A surface with only one side and one edge, formed by joining the ends of a rectangular strip of paper with a half-twist. Cutting along the center of a Möbius strip results in a single loop instead of two separate loops.

The Möbius strip has only one side and one edge, a topological marvel discovered by mathematicians August Ferdinand Möbius and Johann Benedict Listing in 1858.

One-Sided Wonder

Created by giving a rectangular strip of paper a half-twist and joining the ends, transforming a two-sided object into a one-sided surface.

When you draw a line down the center of a Möbius strip, you'll eventually return to the starting point without lifting your pen.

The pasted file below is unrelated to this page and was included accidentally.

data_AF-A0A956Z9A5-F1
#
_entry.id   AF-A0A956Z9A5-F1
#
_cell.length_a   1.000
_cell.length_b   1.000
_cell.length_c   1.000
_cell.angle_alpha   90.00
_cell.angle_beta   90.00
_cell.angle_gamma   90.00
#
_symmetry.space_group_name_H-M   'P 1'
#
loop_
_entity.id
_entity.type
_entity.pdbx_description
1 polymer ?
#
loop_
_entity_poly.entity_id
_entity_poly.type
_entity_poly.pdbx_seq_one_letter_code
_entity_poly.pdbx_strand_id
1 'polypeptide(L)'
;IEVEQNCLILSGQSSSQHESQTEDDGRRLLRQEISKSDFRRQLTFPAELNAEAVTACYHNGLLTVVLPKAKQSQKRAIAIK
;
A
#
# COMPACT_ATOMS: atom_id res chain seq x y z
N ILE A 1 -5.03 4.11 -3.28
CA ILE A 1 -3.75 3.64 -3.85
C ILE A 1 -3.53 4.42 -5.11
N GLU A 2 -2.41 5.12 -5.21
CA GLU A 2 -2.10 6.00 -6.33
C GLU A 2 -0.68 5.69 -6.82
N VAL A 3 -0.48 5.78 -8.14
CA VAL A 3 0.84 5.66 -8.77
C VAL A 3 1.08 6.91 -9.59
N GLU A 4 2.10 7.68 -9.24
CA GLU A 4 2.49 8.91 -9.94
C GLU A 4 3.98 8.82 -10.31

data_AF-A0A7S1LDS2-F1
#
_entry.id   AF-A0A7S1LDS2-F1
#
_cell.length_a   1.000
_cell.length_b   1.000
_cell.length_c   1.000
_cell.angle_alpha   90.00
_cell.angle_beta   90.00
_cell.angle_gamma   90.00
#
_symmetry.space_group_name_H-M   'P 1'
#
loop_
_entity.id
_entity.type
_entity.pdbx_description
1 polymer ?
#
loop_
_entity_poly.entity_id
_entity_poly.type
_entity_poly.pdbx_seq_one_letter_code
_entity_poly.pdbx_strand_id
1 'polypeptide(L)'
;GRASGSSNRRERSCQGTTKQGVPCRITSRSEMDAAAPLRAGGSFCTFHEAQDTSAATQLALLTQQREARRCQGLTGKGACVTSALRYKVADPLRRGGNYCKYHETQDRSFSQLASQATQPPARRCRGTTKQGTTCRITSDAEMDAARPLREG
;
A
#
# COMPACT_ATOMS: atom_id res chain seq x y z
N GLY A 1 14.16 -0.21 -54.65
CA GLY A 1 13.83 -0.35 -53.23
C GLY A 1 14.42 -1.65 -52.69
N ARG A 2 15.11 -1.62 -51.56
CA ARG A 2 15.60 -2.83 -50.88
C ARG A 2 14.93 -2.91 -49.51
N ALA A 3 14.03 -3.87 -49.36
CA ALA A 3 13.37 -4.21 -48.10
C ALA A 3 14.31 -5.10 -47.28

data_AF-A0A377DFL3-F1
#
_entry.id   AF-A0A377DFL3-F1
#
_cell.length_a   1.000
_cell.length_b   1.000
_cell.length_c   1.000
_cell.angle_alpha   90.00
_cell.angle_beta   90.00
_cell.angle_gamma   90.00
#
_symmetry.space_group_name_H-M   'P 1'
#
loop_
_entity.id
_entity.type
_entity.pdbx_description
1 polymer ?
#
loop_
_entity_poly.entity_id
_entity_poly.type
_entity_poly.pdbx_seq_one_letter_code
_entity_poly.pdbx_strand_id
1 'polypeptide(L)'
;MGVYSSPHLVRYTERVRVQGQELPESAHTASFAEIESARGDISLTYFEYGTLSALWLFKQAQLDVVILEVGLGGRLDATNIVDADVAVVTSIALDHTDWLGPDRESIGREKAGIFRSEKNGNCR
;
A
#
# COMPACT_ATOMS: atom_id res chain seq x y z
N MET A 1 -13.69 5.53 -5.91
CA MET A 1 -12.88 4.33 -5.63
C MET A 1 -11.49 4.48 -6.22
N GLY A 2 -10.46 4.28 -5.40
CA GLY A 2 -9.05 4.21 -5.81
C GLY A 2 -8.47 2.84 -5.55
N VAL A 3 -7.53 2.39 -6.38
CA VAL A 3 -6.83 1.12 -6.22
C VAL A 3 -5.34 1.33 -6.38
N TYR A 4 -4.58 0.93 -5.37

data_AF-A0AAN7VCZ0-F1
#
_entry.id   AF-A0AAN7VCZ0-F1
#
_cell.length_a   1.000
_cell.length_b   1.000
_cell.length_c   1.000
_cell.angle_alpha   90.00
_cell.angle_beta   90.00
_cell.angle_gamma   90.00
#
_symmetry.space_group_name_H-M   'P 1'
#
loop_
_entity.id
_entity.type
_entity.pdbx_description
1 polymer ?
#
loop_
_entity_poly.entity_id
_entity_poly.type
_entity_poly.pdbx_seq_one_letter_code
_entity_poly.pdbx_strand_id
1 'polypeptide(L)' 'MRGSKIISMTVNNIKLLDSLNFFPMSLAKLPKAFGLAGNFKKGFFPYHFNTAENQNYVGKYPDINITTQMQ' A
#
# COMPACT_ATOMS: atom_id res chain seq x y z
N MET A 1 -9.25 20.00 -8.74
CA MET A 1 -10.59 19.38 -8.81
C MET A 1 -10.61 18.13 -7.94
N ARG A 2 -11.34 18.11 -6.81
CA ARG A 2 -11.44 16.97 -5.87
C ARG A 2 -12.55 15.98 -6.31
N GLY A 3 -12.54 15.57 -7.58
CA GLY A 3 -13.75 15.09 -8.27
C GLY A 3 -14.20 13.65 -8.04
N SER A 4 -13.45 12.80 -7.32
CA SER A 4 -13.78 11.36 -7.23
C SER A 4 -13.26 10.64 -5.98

Cutting a Möbius strip along its center results in a single, longer loop instead of two separate loops, defying initial intuition.

Single Loop Surprise

Cutting it one-third of the way from the edge results in two linked loops, one twice as long as the original strip.

Often used as a symbol for infinity, unity, and non-orientability in various fields, from mathematics to art.

The Möbius strip is an important object in the study of topology, a branch of mathematics focused on properties preserved through deformations.

Its unique properties inspire practical applications, like conveyor belts that wear evenly and use both sides.

The Möbius strip has influenced artists and architects, featuring in sculptures and structures worldwide.